One has just been sent out as a biblical dove, has found nothing green, and slips back
into the darkness of the ark -- Kafka

Tuesday, August 9, 2011

From Coetzee to The Chomsky-Foucault Debates

Can't totally explain the progression of thought (mental gymnastics) that led me to, reminded me of, these debates (which I've never heard or read in toto): prejudice = what we take for granted (Heidegger), the legacy of Socrates = Ventriloquism (Coetzee's Age of Iron), what "coloured" means in the milieu in which a young Coetzee (or the subject/object of the narrator's gaze in Coetzee's Boyhood) grows up:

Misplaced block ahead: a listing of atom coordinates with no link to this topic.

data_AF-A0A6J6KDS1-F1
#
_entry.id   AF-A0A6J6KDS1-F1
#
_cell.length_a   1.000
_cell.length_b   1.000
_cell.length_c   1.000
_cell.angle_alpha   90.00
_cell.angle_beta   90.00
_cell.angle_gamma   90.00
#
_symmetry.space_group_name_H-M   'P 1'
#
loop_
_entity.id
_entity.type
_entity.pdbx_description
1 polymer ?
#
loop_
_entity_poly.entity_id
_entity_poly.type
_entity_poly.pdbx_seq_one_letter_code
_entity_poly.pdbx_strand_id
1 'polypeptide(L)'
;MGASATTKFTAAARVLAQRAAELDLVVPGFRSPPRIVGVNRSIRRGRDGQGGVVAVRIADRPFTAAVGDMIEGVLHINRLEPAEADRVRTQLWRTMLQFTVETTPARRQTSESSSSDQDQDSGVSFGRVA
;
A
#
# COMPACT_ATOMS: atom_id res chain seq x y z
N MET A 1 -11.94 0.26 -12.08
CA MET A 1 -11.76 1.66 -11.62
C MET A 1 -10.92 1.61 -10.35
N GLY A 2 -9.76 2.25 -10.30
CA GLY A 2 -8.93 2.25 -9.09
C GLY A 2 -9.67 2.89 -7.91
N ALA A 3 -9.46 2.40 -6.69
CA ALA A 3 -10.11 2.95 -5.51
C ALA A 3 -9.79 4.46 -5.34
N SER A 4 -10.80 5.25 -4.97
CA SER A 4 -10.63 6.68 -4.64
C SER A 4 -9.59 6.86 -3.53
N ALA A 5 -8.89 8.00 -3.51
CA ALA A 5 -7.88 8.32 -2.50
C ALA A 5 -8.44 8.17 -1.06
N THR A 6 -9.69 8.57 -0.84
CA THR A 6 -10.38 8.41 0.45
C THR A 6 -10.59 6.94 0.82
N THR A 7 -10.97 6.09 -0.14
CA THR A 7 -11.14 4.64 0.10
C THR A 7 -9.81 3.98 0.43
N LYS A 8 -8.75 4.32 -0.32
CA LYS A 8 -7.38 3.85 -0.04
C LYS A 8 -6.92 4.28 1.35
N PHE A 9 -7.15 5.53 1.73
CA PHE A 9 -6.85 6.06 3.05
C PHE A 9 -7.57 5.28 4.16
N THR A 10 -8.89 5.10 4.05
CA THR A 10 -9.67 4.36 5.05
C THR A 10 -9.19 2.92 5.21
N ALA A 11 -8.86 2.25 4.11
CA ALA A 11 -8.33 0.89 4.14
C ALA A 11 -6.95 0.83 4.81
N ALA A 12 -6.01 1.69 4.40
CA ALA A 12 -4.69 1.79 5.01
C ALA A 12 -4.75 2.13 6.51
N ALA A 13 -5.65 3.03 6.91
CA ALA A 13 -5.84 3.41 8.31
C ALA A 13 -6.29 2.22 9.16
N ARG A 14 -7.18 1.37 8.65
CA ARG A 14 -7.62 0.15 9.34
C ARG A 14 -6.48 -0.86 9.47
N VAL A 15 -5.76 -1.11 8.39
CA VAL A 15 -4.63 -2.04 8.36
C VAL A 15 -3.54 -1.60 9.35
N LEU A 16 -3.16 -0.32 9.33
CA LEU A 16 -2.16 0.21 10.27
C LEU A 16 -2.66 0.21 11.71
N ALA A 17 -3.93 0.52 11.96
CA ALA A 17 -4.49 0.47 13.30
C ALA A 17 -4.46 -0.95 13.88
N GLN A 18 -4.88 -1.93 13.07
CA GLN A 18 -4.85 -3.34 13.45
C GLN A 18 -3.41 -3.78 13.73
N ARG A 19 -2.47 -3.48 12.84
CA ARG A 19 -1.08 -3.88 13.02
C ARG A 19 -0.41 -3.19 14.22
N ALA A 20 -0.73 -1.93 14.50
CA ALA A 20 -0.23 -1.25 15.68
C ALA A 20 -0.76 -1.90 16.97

. . . Coloured, which means that he has no money, lives in an obscure hovel, goes hungry; it means that if his mother were to call out 'Boy!' and wave, as she is quite capable of doing, this boy would have to stop in his tracks and come and do whatever she might tell him (carry her shopping basket, for instance), and at the end of it get a tickey in his cupped hands and be grateful for it. And if he were angry with his mother afterwards, she would simply smile and say, 'But they are used to it!' 

Anyway, found this debate transcript (the third?) online, scanned it, and admired Foucault = Devil's Advocate, and the way he kept chipping away at Chomsky's notions of "human nature" and "justice."
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